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Clergy Speaks Out On Violence

Wants City Officials, Police To Work Closely With Residents

May 13, 2005
By STEPHANIE REITZ, Courant Staff Writer

A coalition of area clergy members pleaded Thursday for a halt to the violence in Hartford, calling for city officials and police to work more closely with residents to transform troubled neighborhoods.

Specifically, the Interdenominational Ministerial Alliance wants more residents added to key review boards, residents and police to rejuvenate their joint task force, assurance that a proposed "community summit" will come to fruition, and other steps.

Several members of the ministerial alliance gathered Thursday on Main Street in the city's North End to express concern about several recent homicides, and about the May 7 shooting in which a city teenager was shot by an officer.

Jashon Bryant, 18, received a fatal gunshot wound to the back of his head when Hartford police Officer Robert Lawlor fired into the car in which Bryant was a passenger. The car's driver, 21-year-old Brandon Henry of Hartford, was struck once in the chest during the incident at Main and Sanford streets.

Members of the ministerial alliance called for a thorough and intensive investigation, and asked city residents Thursday to "make sure that our responses, though extremely passionate, be also measured and reasoned," according to a written statement.

Lawlor's attorney has said the officer used "reasonable and necessary force" when he fired at the car because he thought he saw Bryant reach for a gun. The attorney, Michael Georgetti, also said Henry had put the vehicle into gear and was driving toward Lawlor's partner, federal agent Dan Prather.

No gun was found in the car.

Bryant's funeral is scheduled for 11 a.m. today at Mount Calvary Baptist Church in Hartford. His family and city activists will hold a rally about 2 p.m. in his memory in the parking lot at Main and Sanford streets.

Hartford State's Attorney James Thomas is supervising the Hartford Police Department's investigation into the fatal shooting, and Hartford police Chief Patrick J. Harnett on Thursday asked for community members to "reserve judgment while a thorough and complete investigation is conducted."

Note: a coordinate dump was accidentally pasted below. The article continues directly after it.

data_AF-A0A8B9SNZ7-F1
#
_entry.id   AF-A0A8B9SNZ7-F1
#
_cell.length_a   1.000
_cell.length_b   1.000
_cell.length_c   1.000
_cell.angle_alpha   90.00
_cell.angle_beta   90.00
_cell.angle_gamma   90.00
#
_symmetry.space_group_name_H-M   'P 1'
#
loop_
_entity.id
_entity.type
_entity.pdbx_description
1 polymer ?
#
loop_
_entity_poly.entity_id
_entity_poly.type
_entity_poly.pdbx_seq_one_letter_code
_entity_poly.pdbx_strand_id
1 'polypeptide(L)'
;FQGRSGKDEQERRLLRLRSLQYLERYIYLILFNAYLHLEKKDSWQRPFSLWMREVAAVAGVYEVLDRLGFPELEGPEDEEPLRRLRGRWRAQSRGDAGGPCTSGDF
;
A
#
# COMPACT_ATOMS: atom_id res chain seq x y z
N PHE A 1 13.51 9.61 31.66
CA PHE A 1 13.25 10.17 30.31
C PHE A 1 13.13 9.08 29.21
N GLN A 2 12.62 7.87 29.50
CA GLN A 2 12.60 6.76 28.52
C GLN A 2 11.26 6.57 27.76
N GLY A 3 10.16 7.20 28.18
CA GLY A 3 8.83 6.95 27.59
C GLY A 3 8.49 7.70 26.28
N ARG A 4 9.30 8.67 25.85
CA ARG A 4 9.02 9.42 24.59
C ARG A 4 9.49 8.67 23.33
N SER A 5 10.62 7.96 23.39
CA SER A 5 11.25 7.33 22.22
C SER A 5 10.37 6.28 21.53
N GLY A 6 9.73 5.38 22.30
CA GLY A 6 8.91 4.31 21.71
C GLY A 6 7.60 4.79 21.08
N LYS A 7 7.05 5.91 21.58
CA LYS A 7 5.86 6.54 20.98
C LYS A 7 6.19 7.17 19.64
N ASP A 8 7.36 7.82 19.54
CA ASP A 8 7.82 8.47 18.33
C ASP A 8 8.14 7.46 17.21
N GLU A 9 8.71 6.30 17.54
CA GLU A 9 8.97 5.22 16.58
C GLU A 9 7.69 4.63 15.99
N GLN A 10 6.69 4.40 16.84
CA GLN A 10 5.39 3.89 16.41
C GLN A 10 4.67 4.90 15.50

Members of the ministerial alliance recently discussed that shooting and other deaths when meeting with Mayor Eddie A. Perez, representatives from the police department, and some of the families of the recent homicide victims, said the Rev. Alvan Johnson, a member of the alliance.

In addition to the proposed community summit and rejuvenation of the community/police task force, alliance members want more residents added to the city's civilian review board and the police department's firearms discharge board of inquiry.

They also want residents to have access to talk with members of the Office of the Chief State's Attorney about important city matters and incidents; more diversity on the Hartford Police Department so it better reflects the city's demographics; and widespread distribution of a 1973 consent decree that required Hartford to take steps to be more accountable and responsive to residents.

Perez joined John DeStefano Jr. and John Fabrizi - mayors of New Haven and Bridgeport, respectively - on Thursday to ask state officials for more sustained help in city police efforts, including undercover operations to take guns and drugs off the streets.

They recently sent a joint letter to Gov. M. Jodi Rell, saying their cities had made progress in reducing crime over the past decade, but that they need more long-term help rather than only short-term assistance.

Courant Staff Writer Matt Burgard contributed to this report.

Reprinted with permission of the Hartford Courant. To view other stories on this topic, search the Hartford Courant Archives at http://www.courant.com/archives.
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